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Passengers' relatives demand again: Release data

By Ashley Fantz

(CNN) -- As word came Thursday that the Malaysian government had filed a preliminary report about missing Malaysia Airlines Flight 370, Sarah Bajc implored that the nation's officials share it with passengers' loved ones.

Bajc, the partner of American passenger Philip Wood, said the report is just one of many pieces of information families have been demanding that authorities release for weeks.

Officials have not explained why relatives haven't received the report as they've requested, Bajc said on CNN's "New Day."

"But I find it fascinating that they seem to be choosing to treat us as if we are the enemy, as opposed to an interested party in helping to solve this mystery," she said.

The plane vanished March 8 after taking off from Kuala Lumpur, Malaysia. By late March, Malaysian officials said the aircraft had gone down in the southern Indian Ocean, but an international team of rescuers has yet to find anything linked to the plane.

The report was sent to the International Civil Aviation Organization, the U.N. body for global aviation.

Malaysian officials said they have not yet decided if or when they will make the report public, and officials have consistently said they have nothing to hide.

"We need a fresh start here for the most of this case progressing forward," Bajc said. She said briefings that Malaysian officials have conducted with relatives have been unproductive.

"We've been sitting on opposite sides of the table. They have a briefing, they tell us what they know and we ask them questions. Well, that's just kind of broken," she said. "I think we need to start from scratch and sit down and have a positive dialogue."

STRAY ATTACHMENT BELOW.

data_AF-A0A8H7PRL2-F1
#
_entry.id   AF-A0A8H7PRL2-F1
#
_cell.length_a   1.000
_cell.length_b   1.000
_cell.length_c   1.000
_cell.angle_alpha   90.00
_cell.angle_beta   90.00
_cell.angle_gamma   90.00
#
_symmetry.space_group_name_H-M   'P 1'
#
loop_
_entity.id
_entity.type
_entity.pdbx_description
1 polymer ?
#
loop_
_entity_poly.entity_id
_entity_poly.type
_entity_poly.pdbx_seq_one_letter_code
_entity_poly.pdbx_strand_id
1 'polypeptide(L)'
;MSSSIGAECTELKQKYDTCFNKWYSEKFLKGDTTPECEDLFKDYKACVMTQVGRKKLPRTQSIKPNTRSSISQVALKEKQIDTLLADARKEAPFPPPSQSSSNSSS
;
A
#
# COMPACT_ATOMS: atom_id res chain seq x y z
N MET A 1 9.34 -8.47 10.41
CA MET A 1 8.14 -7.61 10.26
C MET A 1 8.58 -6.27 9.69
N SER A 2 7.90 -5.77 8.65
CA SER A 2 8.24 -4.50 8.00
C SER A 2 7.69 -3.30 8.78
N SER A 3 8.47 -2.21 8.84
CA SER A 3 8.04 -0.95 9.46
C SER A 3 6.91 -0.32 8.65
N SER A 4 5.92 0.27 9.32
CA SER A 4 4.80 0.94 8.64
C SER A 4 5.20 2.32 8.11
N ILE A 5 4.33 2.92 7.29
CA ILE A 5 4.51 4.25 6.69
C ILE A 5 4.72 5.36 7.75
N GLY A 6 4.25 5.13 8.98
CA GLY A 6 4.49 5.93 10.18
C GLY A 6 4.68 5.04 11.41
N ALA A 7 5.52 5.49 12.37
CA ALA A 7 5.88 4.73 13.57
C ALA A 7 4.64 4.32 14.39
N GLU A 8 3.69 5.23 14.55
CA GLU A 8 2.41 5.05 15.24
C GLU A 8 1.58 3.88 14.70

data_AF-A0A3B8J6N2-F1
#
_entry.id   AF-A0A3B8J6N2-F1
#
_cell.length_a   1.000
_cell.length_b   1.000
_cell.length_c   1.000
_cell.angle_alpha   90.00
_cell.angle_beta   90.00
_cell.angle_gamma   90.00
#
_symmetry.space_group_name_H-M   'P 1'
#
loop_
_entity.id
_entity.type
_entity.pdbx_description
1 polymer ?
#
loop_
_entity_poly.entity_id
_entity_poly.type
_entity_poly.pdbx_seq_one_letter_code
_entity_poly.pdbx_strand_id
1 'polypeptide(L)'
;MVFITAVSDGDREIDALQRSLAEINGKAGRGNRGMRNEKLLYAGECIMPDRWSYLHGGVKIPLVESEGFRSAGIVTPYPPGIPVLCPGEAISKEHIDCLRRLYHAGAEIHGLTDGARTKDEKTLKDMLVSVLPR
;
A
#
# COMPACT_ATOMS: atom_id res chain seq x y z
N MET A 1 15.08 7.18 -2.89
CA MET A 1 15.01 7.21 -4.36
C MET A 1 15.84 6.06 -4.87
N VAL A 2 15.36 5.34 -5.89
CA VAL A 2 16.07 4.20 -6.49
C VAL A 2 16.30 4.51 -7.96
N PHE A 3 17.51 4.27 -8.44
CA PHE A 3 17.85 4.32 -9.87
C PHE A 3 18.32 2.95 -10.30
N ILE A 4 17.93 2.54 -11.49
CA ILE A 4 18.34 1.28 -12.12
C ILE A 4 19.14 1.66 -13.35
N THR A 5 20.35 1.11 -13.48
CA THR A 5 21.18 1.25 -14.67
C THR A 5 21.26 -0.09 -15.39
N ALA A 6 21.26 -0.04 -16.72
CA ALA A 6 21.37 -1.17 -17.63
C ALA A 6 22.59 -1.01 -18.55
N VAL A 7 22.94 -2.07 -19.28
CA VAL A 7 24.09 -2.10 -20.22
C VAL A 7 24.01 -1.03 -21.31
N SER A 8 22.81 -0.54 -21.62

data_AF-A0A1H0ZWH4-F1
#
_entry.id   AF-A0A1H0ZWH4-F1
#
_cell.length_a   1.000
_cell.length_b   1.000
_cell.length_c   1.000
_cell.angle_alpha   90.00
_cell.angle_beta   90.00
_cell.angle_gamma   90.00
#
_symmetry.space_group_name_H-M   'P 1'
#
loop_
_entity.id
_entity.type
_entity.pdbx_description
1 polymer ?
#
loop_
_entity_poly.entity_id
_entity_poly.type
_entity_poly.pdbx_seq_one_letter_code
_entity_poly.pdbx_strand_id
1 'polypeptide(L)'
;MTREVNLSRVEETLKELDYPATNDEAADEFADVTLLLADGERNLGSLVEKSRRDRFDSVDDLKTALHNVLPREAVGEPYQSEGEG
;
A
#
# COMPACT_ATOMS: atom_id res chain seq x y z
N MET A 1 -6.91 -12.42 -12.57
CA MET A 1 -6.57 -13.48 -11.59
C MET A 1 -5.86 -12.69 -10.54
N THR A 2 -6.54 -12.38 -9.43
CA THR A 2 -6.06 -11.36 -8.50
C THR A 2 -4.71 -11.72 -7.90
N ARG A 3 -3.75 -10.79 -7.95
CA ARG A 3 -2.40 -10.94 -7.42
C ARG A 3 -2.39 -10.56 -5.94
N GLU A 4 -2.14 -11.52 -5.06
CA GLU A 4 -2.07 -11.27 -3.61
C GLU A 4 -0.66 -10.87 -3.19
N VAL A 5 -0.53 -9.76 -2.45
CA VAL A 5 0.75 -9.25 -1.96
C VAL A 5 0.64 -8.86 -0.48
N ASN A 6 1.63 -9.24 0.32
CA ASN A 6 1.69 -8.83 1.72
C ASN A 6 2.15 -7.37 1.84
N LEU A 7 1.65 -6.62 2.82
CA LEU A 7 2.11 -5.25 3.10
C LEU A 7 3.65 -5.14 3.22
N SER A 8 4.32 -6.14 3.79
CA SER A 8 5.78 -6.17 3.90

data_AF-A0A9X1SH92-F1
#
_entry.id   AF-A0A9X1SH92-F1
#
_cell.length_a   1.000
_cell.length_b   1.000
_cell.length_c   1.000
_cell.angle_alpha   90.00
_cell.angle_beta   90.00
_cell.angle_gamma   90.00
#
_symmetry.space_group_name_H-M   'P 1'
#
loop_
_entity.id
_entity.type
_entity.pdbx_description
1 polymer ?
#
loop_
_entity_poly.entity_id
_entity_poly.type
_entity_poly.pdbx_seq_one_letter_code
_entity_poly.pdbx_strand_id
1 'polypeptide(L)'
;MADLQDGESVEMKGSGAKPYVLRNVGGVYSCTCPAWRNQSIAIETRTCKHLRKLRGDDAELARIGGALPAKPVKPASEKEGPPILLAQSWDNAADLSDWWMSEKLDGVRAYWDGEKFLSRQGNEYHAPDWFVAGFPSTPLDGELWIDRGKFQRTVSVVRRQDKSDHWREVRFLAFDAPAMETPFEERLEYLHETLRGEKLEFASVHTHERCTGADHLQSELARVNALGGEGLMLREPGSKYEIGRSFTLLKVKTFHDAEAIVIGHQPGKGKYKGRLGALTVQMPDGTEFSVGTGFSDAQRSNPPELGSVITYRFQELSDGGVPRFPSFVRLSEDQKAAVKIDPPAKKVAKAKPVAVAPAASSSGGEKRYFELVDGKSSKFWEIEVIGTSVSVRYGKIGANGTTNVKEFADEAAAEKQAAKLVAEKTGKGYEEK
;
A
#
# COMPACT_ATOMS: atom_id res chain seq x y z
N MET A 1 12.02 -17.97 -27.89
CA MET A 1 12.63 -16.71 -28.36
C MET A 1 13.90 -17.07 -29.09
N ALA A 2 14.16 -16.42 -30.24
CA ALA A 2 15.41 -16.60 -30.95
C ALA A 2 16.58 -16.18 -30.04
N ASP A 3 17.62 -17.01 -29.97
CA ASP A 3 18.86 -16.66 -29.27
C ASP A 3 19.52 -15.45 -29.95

Some family members are emerging as leaders in trying to engage the Malaysian government and ask for information, according to Bajc.

Some would be willing to sign confidentiality agreements if they were able to look at the report, she said, and they might even agree not to release the report to other family members until they, with help from experts, determined that indeed it might compromise an investigation.

Others have questioned why the report has not been released.

"It just adds fuel to the fire -- which is like a furnace now -- of disbelief, particularly in China, as to what is going on," said Geoffrey Thomas, managing director of AirlineRatings.com.

"If they say there's nothing to hide, then release this preliminary report, as virtually every other jurisdiction does with an accident," Thomas told CNN's Don Lemon.

The drama comes a day after reports about an "object of interest" washed ashore western Australia. But that object turned out to be unrelated to the flight.

On Wednesday, Steve Wang, whose mother was on the plane, demanded that Malaysian authorities release data for which family members have asked.

He and other relatives have said they do not accept the announcement by Malaysian authorities that the plane went down in the southern Indian Ocean. Wang said the relatives are doubtful that "they are searching the right place."